SZA slays again with sophomore album SOS

By Gus Nations IV, Staff Writer

Sometime between the announcement of SZA’s sophomore album SOS and its release, I was listening back through her debut, and I had the feeling that CTRL would be pretty difficult to top. Five years ago, CTRL seemed like a welcome bit of relatability in a year exploding with brilliant but admittedly challenging albums.

In 2017, Kendrick Lamar released DAMN, his visceral contemplation on race relationships that was literally meant to be played in reverse order; Tyler the Creator released Flower Boy, an album that simultaneously discussed gender expectations, loneliness and beauty and Lorde released Melodrama, which was literally called… melodrama. In the face of a collection of albums looking for answers, CTRL fit in as an understated, honest reflection of daily struggles and successes. Of failed loves. Of good and bad days.

But that was five years ago. Since then, we’ve lived through a pandemic, BLM protests, mass shootings and an insurrection. It feels almost as if the past half-decade has been the manifestation of 2017’s concerns. So, as I waited for SOS, my question became: How would SZA fit in a world that doesn’t seem to appreciate the value of “control” anymore?

Fortunately, SZA doesn’t seem to have been immune to any of the challenges the world has faced since she released CTRL. SOS takes what made her first album so special and heightens it to an even more introspective place. Feelings she didn’t have before — or maybe feelings she didn’t want to admit she had before — are given light and explored deeply. Throughout the record, it feels like the stakes are higher.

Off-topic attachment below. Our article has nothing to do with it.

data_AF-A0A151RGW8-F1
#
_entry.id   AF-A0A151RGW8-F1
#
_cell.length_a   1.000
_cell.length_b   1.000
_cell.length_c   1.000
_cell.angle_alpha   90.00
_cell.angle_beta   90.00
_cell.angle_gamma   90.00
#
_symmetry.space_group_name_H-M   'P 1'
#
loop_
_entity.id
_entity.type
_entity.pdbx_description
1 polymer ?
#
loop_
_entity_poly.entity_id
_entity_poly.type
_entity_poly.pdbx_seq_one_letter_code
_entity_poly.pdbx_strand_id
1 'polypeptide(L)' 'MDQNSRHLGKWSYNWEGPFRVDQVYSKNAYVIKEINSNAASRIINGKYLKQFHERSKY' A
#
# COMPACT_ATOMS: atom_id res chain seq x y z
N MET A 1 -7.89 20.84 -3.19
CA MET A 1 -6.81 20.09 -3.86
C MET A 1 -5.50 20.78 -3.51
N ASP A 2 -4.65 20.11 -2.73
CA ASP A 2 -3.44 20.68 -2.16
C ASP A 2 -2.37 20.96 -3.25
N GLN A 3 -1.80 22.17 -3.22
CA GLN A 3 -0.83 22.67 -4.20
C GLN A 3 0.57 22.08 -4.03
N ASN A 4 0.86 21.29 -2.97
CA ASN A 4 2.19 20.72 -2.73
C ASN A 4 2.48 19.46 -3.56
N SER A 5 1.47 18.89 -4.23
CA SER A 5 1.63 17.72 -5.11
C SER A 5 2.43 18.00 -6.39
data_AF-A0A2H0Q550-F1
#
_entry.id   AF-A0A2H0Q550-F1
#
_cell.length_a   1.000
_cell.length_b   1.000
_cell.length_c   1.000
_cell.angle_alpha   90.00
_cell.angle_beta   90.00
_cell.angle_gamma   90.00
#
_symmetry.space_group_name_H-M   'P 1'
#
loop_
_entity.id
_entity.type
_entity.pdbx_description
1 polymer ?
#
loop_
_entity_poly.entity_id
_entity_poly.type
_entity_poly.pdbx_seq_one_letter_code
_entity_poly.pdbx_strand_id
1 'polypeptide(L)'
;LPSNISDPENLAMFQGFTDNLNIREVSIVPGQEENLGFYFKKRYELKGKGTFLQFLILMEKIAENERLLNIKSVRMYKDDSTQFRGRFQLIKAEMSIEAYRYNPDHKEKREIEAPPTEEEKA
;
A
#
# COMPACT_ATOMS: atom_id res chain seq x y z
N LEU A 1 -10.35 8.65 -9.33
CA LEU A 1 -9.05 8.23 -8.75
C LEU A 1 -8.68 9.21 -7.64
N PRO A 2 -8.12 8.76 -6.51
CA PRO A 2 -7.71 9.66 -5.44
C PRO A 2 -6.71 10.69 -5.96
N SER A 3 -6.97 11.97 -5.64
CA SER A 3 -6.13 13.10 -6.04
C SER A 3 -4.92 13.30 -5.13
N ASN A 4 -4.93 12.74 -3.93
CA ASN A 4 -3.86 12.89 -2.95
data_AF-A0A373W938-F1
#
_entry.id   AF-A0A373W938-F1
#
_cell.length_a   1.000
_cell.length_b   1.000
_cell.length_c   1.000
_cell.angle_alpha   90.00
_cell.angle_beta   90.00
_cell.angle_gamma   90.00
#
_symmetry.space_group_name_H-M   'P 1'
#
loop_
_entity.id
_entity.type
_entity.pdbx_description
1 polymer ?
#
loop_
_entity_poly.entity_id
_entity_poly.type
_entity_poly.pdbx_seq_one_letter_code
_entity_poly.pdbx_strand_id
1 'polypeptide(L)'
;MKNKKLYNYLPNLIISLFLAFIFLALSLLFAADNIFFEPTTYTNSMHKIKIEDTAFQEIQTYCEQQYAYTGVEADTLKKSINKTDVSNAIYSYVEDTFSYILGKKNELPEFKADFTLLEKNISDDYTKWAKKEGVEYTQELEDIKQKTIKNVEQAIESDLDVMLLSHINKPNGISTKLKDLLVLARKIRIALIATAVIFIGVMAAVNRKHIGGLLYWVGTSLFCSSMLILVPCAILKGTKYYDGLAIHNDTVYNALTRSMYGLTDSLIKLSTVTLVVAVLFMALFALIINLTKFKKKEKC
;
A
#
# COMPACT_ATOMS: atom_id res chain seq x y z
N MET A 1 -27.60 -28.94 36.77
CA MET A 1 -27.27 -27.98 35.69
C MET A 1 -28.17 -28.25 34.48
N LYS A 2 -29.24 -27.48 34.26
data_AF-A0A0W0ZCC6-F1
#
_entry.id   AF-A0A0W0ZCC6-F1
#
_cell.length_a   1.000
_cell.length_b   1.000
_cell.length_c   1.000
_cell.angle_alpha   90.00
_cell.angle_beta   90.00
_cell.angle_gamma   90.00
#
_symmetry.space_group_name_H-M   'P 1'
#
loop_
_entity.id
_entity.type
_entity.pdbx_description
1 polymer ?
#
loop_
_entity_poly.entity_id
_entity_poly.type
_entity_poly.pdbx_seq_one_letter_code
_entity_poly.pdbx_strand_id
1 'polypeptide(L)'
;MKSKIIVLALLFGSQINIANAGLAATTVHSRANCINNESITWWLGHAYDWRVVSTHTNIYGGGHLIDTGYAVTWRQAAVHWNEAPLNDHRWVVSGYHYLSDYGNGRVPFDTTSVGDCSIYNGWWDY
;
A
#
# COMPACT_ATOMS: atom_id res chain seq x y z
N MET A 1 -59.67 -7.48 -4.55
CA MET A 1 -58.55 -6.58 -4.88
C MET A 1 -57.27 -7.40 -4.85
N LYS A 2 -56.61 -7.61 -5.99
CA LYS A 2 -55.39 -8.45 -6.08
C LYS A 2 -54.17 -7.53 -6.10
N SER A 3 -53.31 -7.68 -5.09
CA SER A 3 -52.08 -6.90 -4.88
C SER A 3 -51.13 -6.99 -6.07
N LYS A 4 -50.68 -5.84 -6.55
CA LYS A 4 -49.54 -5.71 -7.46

SZA’s feelings of confusion and jealousy are given life through her lush yet laid-back voice. On “Kill Bill,” she sings, “I might kill my ex / Not the best idea / His new girlfriend’s next / How’d I get here?” in an almost nursery-rhyme melody. Now, I can’t say I’ve ever actually wanted to kill an ex, but it’s lyrics like these that give voice to how frustrating relationships can be. Throughout SOS, SZA seems to know that we’ve all been there, and she wants us to know that she has, too. If we won’t say it, she’ll sing it for us, and she’ll sing it with passion.

Perhaps more so than CTRL, SOS combines SZA’s powerful voice with rich, bass-heavy beats. The combination of her hypnotic singing with expanding, mobile beats makes pretty much anything she sings very convincing. On “Seek & Destroy,” she sings, “Now that I’ve ruined everything, I cannot complain / Now that I’ve ruined everything I’m so f*ckin’ free / Now that I’ve ruined everything, keep it all for me.” Behind her, the beat thrums.If SOS has proven anything, it’s that SZA is uniquely gifted in transforming her own experiences into art that anyone can immerse themselves in. I hope and pray that the next five years aren’t nearly as challenging as the last, but if they are, and SZA decides to wait that long to release music again, I’d imagine that we’re in for another damn good album.